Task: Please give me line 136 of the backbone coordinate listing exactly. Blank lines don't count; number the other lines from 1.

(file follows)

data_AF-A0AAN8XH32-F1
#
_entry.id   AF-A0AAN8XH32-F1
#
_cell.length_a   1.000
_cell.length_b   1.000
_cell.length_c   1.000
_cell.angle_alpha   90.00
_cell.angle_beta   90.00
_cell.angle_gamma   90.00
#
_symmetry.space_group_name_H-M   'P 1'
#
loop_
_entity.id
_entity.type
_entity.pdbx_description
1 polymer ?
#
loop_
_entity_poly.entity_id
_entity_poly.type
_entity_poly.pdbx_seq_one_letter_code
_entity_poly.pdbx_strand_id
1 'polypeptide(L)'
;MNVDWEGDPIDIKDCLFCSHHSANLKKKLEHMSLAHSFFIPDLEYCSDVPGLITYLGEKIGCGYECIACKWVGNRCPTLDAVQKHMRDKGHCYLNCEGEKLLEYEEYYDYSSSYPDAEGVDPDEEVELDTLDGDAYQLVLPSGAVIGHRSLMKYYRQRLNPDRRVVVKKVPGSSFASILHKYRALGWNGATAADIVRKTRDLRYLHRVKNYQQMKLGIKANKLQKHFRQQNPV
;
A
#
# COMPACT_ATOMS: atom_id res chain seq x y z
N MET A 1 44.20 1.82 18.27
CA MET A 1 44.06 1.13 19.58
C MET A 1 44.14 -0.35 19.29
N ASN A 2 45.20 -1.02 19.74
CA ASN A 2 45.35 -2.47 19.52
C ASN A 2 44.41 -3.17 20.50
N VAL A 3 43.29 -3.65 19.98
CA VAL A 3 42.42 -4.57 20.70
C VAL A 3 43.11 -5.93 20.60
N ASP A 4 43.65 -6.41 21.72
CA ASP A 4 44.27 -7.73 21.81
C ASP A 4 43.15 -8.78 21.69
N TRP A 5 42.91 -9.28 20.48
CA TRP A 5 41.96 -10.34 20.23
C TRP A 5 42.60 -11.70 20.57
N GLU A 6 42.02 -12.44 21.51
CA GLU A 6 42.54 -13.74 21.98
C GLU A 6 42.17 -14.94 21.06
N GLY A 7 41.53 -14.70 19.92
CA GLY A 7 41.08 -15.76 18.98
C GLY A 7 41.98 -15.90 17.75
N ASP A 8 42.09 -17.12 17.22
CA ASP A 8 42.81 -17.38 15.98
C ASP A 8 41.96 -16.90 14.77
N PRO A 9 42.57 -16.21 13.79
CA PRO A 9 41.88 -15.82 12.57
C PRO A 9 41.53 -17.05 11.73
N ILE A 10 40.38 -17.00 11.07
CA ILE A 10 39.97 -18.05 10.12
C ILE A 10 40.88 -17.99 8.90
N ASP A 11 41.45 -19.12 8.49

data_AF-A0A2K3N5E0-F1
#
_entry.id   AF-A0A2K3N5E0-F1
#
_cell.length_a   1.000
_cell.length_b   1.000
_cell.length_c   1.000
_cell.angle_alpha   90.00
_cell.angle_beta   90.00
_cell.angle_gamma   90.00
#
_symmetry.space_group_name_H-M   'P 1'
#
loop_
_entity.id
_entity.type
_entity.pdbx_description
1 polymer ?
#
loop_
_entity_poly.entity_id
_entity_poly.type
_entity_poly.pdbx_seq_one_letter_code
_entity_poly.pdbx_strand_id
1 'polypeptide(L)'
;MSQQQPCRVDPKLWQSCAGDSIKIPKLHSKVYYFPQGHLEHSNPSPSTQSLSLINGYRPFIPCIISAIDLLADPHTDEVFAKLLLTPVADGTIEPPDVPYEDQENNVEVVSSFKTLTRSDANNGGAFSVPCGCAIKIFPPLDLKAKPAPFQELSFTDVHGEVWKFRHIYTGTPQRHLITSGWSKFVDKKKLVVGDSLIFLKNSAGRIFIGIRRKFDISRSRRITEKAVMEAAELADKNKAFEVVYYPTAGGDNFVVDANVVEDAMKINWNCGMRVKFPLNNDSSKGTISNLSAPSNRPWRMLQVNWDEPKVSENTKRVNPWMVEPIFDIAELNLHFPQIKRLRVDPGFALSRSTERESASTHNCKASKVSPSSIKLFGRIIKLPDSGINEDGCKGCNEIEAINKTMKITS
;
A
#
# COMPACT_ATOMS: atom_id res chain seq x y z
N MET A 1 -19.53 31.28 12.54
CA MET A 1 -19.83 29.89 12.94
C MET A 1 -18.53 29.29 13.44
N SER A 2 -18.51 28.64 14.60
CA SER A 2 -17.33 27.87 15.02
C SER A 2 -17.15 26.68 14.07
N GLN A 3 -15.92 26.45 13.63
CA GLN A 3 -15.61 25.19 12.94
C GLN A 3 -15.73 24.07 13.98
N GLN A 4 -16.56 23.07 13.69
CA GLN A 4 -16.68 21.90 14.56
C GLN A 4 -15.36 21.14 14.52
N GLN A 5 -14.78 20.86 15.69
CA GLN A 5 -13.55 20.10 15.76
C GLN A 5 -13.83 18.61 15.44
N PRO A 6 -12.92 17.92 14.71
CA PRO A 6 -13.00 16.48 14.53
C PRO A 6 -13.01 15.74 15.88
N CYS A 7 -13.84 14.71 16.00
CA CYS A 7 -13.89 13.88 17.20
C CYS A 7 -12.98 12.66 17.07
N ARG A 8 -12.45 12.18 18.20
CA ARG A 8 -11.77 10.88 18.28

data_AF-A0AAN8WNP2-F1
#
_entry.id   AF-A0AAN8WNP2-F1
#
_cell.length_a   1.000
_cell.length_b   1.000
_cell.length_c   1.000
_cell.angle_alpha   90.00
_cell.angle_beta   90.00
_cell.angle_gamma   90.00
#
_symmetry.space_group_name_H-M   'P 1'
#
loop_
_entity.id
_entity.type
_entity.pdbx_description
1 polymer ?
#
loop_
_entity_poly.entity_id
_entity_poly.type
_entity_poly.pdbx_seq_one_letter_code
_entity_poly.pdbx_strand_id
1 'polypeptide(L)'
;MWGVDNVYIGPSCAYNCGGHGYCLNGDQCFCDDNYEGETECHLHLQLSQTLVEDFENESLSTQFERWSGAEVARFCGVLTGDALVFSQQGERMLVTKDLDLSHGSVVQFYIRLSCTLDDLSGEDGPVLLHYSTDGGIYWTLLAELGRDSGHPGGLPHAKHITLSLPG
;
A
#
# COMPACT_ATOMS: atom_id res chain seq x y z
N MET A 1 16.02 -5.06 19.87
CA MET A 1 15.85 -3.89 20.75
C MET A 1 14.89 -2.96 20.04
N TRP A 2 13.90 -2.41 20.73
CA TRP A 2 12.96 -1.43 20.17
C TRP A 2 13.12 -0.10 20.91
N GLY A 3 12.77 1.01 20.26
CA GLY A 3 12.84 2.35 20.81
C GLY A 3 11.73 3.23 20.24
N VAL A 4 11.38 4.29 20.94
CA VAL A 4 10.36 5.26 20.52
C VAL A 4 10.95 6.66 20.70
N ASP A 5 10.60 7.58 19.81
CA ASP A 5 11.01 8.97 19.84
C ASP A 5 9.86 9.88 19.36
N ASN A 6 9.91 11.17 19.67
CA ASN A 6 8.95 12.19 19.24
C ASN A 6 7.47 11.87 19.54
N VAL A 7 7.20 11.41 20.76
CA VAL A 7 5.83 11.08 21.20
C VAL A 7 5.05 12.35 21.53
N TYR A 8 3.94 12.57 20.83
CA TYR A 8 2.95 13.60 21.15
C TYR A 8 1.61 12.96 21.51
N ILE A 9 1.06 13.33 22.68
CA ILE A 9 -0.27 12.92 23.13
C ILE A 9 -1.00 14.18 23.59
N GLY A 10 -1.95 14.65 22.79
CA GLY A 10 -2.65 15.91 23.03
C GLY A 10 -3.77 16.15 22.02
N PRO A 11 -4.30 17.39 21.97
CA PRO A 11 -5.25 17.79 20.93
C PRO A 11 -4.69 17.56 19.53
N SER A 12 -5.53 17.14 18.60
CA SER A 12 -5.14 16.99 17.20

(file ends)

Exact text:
_entity_poly.type